6. RamonAntonio

    In 1981, Philip J. Davies and Reuben Hersh published a landmark book: The Mathematical Experience. I have been fascinated by it since then. Part 8 and the last three articles in it devote their attention to mathematical reality and mathematical intuition.
    Roughly generalizing the point they establish is that there are things (entities?) that have to be considered that exist in dimensions out of our ordinary sensory 3 we have. The existence of this entities a s a fact, can be demonstrated mathematically, they can be measured, their volume calculated and their existence subjet to a mathematical theorem. However, no one can “see”, describe or “experience” them a they are. The most we can is experience an approximation (a revelation?) of them into our realm of senses.
    Now to the Logos, to Elohim, to Adonai or whatever term we choose appropriate to “name” an entity that usually reveals itself in a non-burning burning bush, in three separate “angels” of His presence or angel of the Lord, “floating” above two cherubim above wheels that have four “faces” and move at the same time to wherever they move, in the figure of “the ancient of times” hovering over the clouds and someone who is not that ancient sits at his side and receives glory. Etc.
    Why we doubt that the authors of the ancient texts were faced with the same dilemma that our present mathematicians face when trying to describe a complex exponential wave function or a hypercube which mathematically exists but can’t be adequately described and only recently some of the most advanced computers have enough processing power to calculate in real time (our time) an image that we can observe in a computer monitor which is akin to nowhere in fact.
    I take God for granted and then continue my journey of discovery of Him guided by His Hand.
    A cup of wine or a rum martini helps to visualize…

  7. Ramonantonio

    Dr. Van der berg has opened a very interesting line of thought. In fact one that is very appealing to me for it follows closely, extremely closely, the “gravitas” if I may say that we can observe in the person of Jesus along the Gospels, specially in John.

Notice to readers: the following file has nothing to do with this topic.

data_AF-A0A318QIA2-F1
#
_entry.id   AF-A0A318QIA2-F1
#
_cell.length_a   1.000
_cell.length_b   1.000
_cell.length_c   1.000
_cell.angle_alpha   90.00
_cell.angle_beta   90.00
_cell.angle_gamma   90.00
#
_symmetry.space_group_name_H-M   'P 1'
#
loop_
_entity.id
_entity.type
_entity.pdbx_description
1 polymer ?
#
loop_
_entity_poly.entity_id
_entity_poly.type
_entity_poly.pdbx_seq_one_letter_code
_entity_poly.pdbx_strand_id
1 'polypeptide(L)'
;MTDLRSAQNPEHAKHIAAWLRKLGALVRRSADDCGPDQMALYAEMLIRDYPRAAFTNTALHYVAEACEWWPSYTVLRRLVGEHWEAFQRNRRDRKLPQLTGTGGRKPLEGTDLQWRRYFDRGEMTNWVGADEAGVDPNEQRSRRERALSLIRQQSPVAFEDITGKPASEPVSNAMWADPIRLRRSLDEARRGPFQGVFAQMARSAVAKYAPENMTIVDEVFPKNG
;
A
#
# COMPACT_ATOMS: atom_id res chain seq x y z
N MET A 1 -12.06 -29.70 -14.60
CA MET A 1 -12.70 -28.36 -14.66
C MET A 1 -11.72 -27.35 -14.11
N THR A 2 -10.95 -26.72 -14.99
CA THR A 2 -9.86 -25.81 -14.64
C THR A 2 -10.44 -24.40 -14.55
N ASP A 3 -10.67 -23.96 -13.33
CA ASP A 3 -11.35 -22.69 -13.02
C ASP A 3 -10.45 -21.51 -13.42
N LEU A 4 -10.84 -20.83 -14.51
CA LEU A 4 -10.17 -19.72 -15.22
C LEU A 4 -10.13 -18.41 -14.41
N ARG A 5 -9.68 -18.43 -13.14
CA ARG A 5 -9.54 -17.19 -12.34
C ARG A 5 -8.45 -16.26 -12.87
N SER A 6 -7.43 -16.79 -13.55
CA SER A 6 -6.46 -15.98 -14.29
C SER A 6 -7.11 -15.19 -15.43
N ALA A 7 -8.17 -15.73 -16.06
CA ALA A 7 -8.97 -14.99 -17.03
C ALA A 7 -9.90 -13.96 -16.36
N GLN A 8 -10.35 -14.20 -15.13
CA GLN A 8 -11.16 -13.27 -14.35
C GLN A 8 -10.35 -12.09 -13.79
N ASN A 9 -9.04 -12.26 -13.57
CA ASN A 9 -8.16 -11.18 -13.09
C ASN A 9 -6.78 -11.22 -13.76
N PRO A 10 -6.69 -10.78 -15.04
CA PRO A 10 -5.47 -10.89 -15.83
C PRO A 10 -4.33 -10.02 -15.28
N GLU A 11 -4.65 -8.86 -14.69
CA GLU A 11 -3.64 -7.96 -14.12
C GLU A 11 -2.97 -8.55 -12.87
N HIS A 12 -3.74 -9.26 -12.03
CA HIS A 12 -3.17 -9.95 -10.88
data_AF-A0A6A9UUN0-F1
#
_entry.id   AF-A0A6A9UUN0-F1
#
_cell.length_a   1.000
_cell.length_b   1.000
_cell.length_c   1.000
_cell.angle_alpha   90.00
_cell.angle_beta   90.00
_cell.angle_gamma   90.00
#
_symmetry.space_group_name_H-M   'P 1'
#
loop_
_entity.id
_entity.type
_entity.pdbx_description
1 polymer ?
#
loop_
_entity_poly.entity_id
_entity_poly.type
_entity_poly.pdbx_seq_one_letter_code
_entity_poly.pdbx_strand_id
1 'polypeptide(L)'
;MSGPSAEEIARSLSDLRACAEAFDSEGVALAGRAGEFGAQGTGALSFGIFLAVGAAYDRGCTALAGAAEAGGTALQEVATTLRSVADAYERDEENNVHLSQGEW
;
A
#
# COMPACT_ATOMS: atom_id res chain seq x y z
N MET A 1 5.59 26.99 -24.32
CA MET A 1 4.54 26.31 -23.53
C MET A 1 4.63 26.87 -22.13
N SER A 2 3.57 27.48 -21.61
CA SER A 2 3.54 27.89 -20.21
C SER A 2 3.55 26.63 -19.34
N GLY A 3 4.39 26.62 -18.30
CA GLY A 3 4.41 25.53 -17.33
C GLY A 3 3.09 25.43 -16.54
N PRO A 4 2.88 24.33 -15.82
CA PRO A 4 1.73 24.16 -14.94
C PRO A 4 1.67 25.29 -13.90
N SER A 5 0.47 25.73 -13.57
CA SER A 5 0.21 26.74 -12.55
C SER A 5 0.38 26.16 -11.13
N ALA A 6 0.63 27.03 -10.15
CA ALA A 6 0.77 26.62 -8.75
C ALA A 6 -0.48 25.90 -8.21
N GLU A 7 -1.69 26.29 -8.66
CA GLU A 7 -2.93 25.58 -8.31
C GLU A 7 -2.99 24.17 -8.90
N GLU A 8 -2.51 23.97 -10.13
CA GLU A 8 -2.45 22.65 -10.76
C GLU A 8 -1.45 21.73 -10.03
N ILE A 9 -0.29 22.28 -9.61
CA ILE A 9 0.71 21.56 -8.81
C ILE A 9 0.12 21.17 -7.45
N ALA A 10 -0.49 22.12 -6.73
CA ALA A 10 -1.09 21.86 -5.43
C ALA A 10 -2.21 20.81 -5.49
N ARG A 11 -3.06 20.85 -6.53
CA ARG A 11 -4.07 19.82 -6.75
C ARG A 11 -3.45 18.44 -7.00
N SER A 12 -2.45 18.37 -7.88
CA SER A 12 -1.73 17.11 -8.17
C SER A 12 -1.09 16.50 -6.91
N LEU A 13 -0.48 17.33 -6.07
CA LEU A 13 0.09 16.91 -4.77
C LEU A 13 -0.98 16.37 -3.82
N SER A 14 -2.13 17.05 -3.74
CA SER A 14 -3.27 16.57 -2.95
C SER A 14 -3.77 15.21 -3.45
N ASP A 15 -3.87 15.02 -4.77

In fact, Dr. Van der berg focus in John and Proverbs and his insight that possibly John was making references to Proverbs as he wrote or guided his Gospel is a very specific observation that reminisces Jesus frequent comments on scripture in relation to Him.
    This provokes me a single question:
    May we read the Gospels in a more direct and personal way as the apostles homage to Jesus when after witnessing the Resurrection et al, they finally understood that Jesus was in fact all the way, all the time and at all moments speaking of Himself as the center of Scripture and that by doing so, He was not a lunatic as even some family members feared, but the Truthful Son of God right in front of them? If we just for a moment think this way, as Dr V suggests, all the Gospels take a significant new light and we, as Dr Eli says, begin to realize that the whole truth has been all the time in front of us, in our face.
    Not only the Gospels but all Scripture is about Jesus and He Himself was the only capable of explaining that to men of all ages. Through His living Word we are with Him at our side, walking down to Emaus while hearing Him explaining how Scripture was in fact, His Own Story among us from then to now and forever.
    For this insight, thanks to both!

    1. Dr. Eli Lizorkin-Eyzenberg

      Dear Ramon,

      I drink from the deep fountain of blessings and grace when I read you comments. Thank you for taking part.

    2. Drs. Charles van den Berg

      Dear Ramon,

      I thank you for this beautiful addition.

  8. […] this curious occurrence is actually very important because it shows that when the God-Man (Logos of God) Jesus is in the boat with the disciples, the boat is able to disappear at once place on the map […]

  9. Ann Marie

    The word is the spoken word of God ,does not become a person until verse 14, of Jn.1,also the word sent;[ the prophets were sent, the angel of the LORD was sent and Jesus sent the Apostles into the world. Jesus was not “morphed, [incarnated], I believe Luke when he told Mary; “The power of the Most High shall overshadow you therefore the child to be born will be called holy: [for this reason, ]he will be called Son of GOD.” All good gifts come from above where GOD is; It is HIS plan. I don’t dimminish Jesus importance, GOD has made him to be salvation for us; but GOD is the True Savior of all humanity. Jesus is called GOD’s glory, His grace ;GOD is so powerful if HE came Himself to earth we would be incinerated. He sent This man to tell us of the kingdom; to be the last lamb sacrifice ever to be needed. Jesus is so many things for us ; a high priest, the coming king, to be inaugurated into office,GOD’S representative and so many other titles are his. Our GOD is incomparable to any one.

    1. Dr. Eli Lizorkin-Eyzenberg

      Dear Ann Marie, I understand your position, respect it, but disagree with it. Be well. Dr. Eli

  10. […] cited from Daniel are then merged with the idea of the Royal Son of God from Psalm 2. (See also Logos Theology in pre-Christian Jewish Tradition and ReReading John 3.:16). We read in Psalm 2 the words that were once likely sang in Jerusalem […]